He has been widely publicized by the media to liberally socialize with wealthy gay friends in public forums, nearly every time that Mr. John Dramani Mahama has conducted an official or unofficial tour of the United States. Oftentimes, the objective has been financial solicitation. But even more significantly, even as Dr. Matthew Opoku-Prempeh, the current Education Minister, revealed to a conference of members of UTAG, the University Teachers’ Association of Ghana, on the main campus of the Kwame Nkrumah University of Science and Technology, recently, in 2015, that is, just about four years ago, the Mahama-led regime of the National Democratic Congress (NDC) published a Comprehensive Sexuality Education (CSE) book for the use of our Basic School Pupils (See “Napo Fights Mahama’s Sex Education Claim” Modernghana.com 10/5/19).
What is not clear to yours truly regards what the outcome of the Mahama-implemented Comprehensive Sexuality Education was or became at the time, and thus why the present Akufo-Addo-led government of the New Patriotic Party (NPP) found the need to reintroduce the same sort of program into our Basic School Curriculum. And answer to the preceding question could give us the critically needed clue as to why the same topic has become the subject of a fiery national debate presently. At any rate, the most relevant question worth asking here is this: Why has the Akufo-Addo Administration decided to bring up this matter once more in the frenzied leadup to the 2020 general election? Very likely, the reason verges on the fact that CSE is routinely taught in the most technologically advanced and civilized of modern democracies.
Even more significantly, the teaching of CSE as part of the Basic School Curriculum stands to enrich our largely self-willed sex-education-denied youths who have increasingly become prime targets of adult sexual predators of all kinds in the country, among them, big-time politicians and religious leaders as well as cutthroat kidnappers, as has recently become the norm in southwestern Ghana and other parts of the country. What is clear, and curiously so, is that it well appears that it is not the mere teaching of CSE that is the problem here; rather, it is the prefixing of the adjective of “Comprehensive” to the sexuality education curricular agenda that has raised so many hackles or eyebrows among our politicians and religious community leaders. For many of the critics, “Comprehensive” means the teaching of LGBTQI – that is, Lesbian, Gay, Bisexual, Transgender, Queer and Intersexual – sexuality that is the crux of the problem.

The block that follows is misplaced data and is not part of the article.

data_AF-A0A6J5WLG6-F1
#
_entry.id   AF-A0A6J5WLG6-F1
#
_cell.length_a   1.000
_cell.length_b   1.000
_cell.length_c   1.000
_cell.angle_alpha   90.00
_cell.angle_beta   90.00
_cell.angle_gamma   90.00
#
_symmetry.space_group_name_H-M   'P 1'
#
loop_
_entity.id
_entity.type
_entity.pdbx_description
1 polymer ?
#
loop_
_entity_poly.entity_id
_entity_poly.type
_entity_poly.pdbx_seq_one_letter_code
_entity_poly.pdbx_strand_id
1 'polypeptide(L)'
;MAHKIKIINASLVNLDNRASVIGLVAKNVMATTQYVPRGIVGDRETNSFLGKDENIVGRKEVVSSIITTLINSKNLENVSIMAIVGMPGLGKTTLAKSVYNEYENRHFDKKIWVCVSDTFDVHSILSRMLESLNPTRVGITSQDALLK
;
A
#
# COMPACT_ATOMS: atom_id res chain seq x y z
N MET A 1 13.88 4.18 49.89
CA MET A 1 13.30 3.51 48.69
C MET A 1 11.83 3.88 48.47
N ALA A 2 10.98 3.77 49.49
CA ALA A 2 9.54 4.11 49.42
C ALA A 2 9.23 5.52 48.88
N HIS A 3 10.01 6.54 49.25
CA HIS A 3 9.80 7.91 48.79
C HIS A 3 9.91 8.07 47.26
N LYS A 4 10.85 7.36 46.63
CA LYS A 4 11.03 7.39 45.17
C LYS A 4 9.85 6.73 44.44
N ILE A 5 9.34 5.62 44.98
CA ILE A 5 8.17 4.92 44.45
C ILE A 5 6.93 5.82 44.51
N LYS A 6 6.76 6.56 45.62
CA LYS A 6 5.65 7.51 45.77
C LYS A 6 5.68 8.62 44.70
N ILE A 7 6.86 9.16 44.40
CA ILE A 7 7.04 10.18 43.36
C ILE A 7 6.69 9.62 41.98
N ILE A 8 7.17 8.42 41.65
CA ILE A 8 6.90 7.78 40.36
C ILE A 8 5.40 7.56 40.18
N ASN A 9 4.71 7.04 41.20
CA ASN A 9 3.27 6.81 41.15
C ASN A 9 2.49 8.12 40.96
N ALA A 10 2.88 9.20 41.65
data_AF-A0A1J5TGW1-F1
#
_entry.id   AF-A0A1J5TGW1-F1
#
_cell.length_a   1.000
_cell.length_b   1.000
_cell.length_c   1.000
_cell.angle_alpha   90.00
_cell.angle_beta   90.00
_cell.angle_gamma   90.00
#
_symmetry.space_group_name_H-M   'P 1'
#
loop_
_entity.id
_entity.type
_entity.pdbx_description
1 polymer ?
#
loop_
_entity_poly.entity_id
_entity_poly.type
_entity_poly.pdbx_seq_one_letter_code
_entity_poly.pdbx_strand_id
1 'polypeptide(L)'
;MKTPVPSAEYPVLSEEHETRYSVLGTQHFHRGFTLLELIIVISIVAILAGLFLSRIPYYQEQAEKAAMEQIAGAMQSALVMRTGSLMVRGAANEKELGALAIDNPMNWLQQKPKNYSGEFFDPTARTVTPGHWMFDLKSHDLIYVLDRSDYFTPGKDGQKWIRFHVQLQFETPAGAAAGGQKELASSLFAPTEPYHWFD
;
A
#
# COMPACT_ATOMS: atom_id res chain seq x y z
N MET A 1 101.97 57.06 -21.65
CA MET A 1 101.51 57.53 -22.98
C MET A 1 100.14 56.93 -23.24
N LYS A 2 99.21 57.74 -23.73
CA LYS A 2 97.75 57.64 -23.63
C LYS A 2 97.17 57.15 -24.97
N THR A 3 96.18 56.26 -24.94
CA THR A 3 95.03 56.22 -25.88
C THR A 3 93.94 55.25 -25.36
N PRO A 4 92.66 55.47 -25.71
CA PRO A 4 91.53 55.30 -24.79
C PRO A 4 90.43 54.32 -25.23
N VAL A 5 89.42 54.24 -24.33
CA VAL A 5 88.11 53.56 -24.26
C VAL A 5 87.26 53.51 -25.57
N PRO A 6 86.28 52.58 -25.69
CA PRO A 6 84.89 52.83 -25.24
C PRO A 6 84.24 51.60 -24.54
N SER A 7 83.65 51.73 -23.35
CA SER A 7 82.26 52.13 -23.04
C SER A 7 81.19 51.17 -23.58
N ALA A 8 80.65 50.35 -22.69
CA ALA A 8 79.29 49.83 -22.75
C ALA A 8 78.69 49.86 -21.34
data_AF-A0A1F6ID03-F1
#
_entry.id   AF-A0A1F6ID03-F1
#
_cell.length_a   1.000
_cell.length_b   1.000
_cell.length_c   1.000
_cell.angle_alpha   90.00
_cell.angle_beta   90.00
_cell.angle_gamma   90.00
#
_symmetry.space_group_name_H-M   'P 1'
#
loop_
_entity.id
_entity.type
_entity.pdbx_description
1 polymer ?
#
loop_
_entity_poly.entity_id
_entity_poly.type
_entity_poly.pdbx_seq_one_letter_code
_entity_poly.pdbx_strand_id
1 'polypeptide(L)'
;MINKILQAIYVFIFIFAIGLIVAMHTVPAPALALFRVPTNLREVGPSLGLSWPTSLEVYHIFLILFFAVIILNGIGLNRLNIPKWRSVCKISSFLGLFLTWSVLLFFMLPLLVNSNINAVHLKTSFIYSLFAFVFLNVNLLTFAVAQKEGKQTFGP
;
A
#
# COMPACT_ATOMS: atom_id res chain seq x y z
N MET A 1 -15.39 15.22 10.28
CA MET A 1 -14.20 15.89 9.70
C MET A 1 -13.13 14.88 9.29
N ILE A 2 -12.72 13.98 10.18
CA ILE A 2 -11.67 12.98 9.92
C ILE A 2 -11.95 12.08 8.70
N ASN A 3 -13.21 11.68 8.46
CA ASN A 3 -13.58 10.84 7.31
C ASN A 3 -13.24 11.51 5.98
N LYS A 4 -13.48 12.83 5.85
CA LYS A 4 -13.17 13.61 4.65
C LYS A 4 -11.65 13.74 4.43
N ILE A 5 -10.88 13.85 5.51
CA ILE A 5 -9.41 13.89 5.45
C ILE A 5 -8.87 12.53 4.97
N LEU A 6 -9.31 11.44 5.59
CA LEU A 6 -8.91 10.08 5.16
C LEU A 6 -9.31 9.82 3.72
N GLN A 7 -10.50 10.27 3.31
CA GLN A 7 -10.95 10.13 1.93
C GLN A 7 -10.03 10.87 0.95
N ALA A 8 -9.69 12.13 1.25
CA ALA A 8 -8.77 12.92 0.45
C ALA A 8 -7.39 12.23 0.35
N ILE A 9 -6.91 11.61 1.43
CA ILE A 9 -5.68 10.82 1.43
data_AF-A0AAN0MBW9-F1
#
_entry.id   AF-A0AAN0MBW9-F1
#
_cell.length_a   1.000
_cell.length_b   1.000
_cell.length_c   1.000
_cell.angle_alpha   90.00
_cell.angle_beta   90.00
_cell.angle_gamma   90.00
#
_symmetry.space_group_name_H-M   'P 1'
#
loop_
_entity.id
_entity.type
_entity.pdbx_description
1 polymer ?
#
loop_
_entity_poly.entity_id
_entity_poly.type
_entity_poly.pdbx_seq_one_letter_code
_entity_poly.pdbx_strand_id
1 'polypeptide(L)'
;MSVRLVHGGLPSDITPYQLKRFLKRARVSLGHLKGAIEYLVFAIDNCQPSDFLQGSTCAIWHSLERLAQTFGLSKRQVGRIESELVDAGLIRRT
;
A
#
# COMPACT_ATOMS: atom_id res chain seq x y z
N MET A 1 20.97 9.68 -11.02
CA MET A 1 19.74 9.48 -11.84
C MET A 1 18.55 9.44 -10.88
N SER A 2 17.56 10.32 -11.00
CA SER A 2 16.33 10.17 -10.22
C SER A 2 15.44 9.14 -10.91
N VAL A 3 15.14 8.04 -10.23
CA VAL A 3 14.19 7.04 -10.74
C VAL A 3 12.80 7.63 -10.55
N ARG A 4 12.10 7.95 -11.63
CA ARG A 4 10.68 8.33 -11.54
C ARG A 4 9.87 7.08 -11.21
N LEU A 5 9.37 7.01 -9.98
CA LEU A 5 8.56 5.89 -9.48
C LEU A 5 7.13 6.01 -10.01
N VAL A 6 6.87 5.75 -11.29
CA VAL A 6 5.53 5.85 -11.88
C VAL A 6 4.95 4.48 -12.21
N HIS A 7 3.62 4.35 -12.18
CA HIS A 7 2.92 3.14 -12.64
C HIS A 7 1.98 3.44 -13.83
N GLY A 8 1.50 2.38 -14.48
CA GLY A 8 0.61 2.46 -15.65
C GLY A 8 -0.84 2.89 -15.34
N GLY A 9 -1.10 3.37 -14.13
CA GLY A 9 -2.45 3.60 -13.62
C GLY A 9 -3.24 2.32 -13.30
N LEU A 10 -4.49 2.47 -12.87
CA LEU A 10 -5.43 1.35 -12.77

It is eerily akin to that old maid’s tale or myth that I learned as a first or second grader. Back then, in the mid-sixties and early seventies, we were told that if one was not careful and a frog/toad hopped onto one’s foot or toes while one was on the way to the riverside to fetch water – or for whatever errand – one could easily be turned into a member of the opposite sex. For example, if you were a boy, the legend went, you could be turned into a girl. In essence, the theory on the part of those who are virulently opposed to the introduction or reintroduction of the Comprehensive Sexuality Education program into the Basic School Curriculum appears to be that any attempt to expose our children and grandchildren to LGBTQI sexuality and/or culture would be tantamount to turning these pupils into LGBTQI-oriented people. Now, this sounds rather naïve and absurd.
But it is equally true that this kind of facile or morbidly uncritical thinking is as Ghanaian as fufu, banku (corn dumpling) or cooked plantains and spinach or cocoyam-leaf stew. It could, of course, be as Ghanaian as gari and beans, tuo-zaafi or akple. It is this kind of blistering and morally, culturally and intellectually regressive conservatism that made it literally take ages before the leaders of our flagship academies or universities and colleges introduced graduate programs into these otherwise pedagogically progressive institutions. When it comes to innovative and creative thinking, Ghanaians may be among the most regressive and retarded of peoples and nations around the world. This may very well have a lot to do with the perennially deleterious impact of slavery. The truth ought to be told – Ghanaians have yet to fully recover from the Post-Traumatic Stress Disorder triggered by our slavo-colonial experiences over the course of some 400 years.
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By Kwame Okoampa-Ahoofe, Jr., PhD English Department, SUNY-Nassau Garden City, New York October 6, 2019 E-mail: [email protected]
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